What is not to love about fiction…I am hoping to hear you ask…?
Horrifingly, several times in my library career I’ve been utterly dumbfounded to hear customers say they don’t read novels. What?!!! After several breathless squeaks followed by a bout of dismayed spluttering, I’ve asked why ever not?
The puzzling reply has always been that they read for knowledge, want real facts and don’t have time to waste on make-believe or fantasy (I feel a panic attack coming on just writing these horrid words).
Goodness me, do real facts even exist? There has to be some room for doubt given all we’ve heard about fabricated memoirs ( Yeah, you James Frey), optimistically embellished science and medical research (Ben Goldacre) and if we accept history is written by the victors, the whole truth schtick is looking a bit shaky.
I am on a mission to convert non-fiction readers to fiction. Throw away your computer manuals, biff interpretative history and say adiós to self-help bibles, but I need you, our faithful blog readers, to provide the compelling and irrefutable reasons for why fiction does matter.
To get you started here is my 10 cents worth:
- Novels are steeped in human truths, often with immaculately researched and detailed plots embedded in real events.
- Good novelists provide the creative spark which can allow fact to take flight, taking readers into the interior lives of both real and imagined people.
- And finally, isn’t it healthy to walk in other people’s shoes ( Jimmy Choos and Hush Puppies) and attempt to see life through other people’s eyes, or from another perspective?
Fiction lovers bring it on … why should we all read fiction?
More: Why I still love reading fiction Roberta
50 years ago: the plans for the Government Life Building showing clock 12:45. 4 July 1963.
One of my favourite photos in our entire collection is this one of workers on top of Government Life. It is the Ōtautahi version of the famous Lunch atop a Skyscraper (New York Construction Workers Lunching on a Crossbeam).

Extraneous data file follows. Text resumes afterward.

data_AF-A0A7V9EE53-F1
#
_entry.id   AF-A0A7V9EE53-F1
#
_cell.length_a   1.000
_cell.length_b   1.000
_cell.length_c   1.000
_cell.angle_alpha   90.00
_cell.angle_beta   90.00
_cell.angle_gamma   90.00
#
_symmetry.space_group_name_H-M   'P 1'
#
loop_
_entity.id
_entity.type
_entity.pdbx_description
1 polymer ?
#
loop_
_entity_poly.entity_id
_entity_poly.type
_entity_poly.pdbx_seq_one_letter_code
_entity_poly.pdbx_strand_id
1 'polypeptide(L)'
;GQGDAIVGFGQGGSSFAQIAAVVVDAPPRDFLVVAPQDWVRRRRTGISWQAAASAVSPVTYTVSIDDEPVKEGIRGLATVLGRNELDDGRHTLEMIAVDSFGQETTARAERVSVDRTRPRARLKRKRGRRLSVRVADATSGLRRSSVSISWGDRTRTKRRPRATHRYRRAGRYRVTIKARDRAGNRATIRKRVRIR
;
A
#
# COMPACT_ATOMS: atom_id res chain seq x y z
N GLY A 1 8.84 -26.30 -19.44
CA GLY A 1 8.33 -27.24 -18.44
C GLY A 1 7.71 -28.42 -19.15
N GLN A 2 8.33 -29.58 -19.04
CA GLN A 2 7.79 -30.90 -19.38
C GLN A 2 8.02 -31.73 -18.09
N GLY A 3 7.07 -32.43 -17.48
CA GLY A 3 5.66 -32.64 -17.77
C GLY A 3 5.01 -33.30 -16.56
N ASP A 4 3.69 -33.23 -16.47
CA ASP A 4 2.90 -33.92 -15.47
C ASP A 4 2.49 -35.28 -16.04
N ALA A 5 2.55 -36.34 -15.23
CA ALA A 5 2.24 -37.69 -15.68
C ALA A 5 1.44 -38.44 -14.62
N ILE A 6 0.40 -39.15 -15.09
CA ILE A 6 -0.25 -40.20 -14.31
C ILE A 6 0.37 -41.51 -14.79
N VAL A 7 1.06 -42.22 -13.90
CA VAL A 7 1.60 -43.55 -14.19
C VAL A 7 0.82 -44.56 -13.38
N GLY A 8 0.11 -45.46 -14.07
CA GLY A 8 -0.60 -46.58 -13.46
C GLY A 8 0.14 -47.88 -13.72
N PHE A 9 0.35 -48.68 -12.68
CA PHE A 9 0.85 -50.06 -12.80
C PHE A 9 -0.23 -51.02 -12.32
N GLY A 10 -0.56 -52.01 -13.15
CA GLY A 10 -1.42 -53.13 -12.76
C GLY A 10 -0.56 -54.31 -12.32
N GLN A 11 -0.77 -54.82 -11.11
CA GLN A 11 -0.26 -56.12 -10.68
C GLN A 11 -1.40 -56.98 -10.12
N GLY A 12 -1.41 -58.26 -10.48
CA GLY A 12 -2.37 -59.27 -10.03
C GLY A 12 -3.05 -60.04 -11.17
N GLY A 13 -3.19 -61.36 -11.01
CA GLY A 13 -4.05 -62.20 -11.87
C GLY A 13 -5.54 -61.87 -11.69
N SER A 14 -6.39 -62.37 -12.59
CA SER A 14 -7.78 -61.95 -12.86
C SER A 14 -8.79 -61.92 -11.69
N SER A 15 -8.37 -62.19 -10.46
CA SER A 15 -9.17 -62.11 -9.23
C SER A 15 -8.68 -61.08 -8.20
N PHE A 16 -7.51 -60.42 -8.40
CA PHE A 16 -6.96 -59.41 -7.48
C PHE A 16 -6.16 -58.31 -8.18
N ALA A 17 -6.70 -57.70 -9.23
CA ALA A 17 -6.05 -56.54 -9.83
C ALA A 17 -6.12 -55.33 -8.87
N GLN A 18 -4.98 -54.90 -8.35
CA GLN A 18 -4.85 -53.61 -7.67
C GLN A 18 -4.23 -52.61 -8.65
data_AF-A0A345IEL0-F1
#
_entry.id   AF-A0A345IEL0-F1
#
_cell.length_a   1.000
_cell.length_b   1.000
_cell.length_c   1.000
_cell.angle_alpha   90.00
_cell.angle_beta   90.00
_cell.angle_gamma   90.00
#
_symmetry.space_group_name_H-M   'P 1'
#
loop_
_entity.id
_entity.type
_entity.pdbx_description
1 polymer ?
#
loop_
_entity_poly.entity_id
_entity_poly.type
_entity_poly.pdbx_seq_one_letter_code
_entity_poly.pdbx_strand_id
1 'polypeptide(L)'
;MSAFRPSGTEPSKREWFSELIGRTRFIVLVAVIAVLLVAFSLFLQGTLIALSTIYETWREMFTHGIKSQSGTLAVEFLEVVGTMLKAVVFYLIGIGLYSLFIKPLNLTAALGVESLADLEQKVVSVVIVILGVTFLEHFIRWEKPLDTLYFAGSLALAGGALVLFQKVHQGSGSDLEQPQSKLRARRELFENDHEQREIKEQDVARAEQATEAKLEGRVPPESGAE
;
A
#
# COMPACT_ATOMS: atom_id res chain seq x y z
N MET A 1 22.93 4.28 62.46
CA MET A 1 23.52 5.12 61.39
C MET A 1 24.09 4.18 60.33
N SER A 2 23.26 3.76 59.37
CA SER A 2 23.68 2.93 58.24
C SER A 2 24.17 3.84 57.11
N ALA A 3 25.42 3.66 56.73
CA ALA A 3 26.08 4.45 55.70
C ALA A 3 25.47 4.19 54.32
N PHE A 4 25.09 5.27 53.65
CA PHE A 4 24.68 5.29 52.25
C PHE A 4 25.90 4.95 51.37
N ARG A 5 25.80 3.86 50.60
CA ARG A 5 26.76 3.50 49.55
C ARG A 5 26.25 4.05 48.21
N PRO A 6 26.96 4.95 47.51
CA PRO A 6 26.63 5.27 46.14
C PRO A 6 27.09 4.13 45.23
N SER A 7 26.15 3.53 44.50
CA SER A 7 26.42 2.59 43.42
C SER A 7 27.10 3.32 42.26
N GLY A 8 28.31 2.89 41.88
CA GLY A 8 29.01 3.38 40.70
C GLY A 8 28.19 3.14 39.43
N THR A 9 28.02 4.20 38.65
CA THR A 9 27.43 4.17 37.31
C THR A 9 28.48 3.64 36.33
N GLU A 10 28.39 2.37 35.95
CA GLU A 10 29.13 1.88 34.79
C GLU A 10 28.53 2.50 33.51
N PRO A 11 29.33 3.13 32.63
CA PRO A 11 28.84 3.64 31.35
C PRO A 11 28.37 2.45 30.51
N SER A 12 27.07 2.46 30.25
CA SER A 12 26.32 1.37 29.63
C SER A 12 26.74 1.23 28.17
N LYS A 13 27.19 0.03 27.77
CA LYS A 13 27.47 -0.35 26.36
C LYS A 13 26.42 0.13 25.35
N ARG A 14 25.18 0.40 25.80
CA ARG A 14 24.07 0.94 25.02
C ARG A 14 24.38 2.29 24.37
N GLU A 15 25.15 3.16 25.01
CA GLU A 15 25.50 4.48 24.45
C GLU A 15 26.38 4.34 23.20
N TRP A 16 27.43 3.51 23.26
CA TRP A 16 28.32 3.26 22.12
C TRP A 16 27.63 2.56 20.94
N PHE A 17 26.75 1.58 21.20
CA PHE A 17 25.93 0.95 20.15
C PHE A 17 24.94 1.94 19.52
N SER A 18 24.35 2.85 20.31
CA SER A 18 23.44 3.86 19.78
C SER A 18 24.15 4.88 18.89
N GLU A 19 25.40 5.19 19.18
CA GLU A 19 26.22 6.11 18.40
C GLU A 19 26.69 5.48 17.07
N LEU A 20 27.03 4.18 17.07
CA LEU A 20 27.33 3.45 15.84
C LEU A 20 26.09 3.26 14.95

Just over a year later, on 17 July 1964 the Government Life Building opened in Cathedral Square.
That iconic clock has been a landmark of the central city – when it was turned off lots of us missed looking up to see the time (and the temperature).
And more recently we have looked at it reflected as Mike Hewson’s artwork Government Life Suspension demonstrates.
How Papanui got its name:
Papanui is the Māori word for ‘a platform in a tree from which birds are snared’. This forest once boasted an abundance of forest birds that were regularly snared for kai.
An alternative meaning of Papanui is ‘big or large flat land’, where in 1856, there was a native bush of about 200 acres still standing. It seems this suburb sits on top of a large rock that pushes water out towards to some of the surrounding suburbs such as St Albans and Merivale.
Papanui Bush once boasted an abundance of forest birds that were regularly snared for kai in this region. This was at a time when the area was covered by a large stand of forest, dominated by tōtara, mataī, kahikatea and kānuka, similar to the smaller stand of bush that now remains in Riccarton, traditionally known as Pūtaringamotu or more commonly today known as Dean’s Bush.
Papanui Bush generated a thriving business for the timber industry in the early years of European settlement. Sadly, the milling of this area, and proximity to the planned Christchurch city location, in the 1850s it was rapidly demolished and the entire 30 hectares of bush that was left standing at the time was cut down and went towards building some the first homes, shops, government headquarters, schools churches and other structures around the city.
The site of Papanui Bush is the present day Papanui Domain, located off Sawyers Arms Road. A small native garden and a mural painted on the nearby community hall today commemorate the great forest trees that once dominated the area.
It is Te Wiki o Te Reo Māori – Māori Language Week and this year’s theme is Ngā ingoa Māori – Māori names – so we are bringing you some of the stories behind the Māori names of our libraries.